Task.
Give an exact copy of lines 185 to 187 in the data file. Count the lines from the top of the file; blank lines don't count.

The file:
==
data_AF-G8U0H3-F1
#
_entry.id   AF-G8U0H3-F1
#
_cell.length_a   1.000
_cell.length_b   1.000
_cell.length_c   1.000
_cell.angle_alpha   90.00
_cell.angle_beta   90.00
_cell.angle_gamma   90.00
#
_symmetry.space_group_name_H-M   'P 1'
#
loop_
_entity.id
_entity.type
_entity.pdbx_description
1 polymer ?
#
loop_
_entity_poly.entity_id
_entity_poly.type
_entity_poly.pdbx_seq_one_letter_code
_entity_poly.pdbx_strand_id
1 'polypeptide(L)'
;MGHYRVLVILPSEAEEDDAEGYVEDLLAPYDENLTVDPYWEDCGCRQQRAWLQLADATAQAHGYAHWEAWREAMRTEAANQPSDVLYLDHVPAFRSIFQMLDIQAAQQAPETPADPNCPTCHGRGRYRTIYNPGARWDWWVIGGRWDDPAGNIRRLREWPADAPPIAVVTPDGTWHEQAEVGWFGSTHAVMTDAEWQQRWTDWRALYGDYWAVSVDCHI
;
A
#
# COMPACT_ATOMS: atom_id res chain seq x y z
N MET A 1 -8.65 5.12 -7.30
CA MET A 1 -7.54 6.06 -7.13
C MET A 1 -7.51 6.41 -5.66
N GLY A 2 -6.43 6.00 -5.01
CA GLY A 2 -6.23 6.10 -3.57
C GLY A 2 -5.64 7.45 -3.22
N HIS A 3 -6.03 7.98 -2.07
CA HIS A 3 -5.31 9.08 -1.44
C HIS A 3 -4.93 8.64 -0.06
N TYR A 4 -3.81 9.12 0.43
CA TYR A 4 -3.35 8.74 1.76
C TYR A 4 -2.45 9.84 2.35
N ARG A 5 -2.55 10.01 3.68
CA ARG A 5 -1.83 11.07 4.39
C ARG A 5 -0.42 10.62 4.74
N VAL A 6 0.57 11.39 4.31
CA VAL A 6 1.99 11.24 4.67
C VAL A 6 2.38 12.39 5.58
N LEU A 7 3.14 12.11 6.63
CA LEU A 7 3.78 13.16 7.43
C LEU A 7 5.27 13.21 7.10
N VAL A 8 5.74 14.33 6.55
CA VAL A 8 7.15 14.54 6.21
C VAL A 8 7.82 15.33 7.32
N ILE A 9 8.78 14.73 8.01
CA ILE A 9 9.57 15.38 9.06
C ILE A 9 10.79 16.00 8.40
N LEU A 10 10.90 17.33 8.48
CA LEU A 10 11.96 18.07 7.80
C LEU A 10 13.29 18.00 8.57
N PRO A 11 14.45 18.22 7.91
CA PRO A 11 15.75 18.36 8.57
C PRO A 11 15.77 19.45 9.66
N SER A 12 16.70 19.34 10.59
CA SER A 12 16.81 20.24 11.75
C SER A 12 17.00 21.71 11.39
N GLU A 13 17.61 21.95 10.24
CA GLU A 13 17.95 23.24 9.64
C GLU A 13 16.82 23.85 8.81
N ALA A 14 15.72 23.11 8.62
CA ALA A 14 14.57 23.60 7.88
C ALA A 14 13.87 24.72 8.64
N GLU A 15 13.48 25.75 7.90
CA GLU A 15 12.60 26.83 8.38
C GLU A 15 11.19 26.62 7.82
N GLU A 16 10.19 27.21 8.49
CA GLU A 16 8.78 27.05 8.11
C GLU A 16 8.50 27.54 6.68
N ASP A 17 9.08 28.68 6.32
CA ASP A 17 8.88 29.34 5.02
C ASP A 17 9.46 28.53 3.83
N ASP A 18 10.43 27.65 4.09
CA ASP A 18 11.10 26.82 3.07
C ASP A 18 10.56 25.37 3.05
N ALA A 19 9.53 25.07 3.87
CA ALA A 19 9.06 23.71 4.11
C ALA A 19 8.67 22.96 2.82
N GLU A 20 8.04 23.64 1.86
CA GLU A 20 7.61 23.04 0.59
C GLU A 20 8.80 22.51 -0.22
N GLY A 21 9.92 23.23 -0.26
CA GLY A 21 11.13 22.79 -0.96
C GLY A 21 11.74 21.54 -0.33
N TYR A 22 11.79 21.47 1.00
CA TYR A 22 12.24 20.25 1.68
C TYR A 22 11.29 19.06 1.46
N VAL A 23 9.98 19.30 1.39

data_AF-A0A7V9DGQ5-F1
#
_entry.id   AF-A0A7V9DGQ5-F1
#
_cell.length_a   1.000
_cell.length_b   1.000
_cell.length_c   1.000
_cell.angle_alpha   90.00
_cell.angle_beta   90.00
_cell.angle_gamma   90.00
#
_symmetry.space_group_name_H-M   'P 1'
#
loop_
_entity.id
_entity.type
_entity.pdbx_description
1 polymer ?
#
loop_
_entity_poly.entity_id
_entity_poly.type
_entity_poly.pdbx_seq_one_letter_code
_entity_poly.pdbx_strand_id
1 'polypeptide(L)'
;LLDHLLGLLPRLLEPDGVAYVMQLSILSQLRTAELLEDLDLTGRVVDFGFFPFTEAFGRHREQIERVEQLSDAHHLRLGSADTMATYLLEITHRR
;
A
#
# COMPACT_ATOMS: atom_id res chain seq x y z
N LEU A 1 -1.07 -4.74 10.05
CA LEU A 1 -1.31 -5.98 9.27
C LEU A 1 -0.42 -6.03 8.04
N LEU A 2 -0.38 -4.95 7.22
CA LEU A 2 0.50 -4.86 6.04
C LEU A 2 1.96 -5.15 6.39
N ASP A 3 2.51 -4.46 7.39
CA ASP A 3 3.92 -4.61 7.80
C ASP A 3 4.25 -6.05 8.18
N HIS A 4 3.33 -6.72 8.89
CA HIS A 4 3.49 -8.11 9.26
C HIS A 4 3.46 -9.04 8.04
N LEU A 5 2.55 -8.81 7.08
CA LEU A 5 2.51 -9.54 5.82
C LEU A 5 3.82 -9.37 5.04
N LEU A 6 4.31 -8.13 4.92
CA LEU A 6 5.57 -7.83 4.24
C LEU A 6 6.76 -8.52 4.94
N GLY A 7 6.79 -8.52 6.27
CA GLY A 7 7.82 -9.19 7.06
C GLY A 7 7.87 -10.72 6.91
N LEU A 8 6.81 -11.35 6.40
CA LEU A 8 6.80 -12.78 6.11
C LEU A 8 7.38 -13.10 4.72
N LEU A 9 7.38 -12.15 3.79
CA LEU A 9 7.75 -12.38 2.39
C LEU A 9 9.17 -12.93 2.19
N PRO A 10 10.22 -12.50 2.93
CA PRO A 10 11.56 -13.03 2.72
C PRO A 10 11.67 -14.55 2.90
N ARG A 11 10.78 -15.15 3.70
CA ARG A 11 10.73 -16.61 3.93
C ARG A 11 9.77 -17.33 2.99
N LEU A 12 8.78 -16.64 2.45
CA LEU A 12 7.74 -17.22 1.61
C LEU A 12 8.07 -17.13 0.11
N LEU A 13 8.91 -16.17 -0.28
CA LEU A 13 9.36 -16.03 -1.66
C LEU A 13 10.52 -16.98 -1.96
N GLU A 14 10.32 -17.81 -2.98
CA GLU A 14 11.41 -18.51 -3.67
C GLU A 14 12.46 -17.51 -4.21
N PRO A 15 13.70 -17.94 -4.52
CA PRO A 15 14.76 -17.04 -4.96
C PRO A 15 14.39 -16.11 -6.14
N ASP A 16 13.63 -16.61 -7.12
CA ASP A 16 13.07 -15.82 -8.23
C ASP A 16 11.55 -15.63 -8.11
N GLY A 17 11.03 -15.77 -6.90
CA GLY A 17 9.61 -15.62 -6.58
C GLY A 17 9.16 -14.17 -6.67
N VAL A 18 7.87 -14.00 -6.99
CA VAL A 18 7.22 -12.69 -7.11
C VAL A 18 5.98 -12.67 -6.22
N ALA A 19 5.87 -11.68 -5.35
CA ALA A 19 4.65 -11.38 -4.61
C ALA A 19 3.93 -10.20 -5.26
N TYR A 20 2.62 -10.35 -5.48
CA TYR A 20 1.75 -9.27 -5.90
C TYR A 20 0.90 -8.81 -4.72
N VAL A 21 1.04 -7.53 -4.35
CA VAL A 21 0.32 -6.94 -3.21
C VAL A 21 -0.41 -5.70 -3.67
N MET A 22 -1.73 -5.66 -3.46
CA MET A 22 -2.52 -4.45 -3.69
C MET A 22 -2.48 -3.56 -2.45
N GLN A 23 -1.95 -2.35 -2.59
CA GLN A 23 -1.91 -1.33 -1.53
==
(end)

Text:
N TYR A 20 2.62 -10.35 -5.48
CA TYR A 20 1.75 -9.27 -5.90
C TYR A 20 0.90 -8.81 -4.72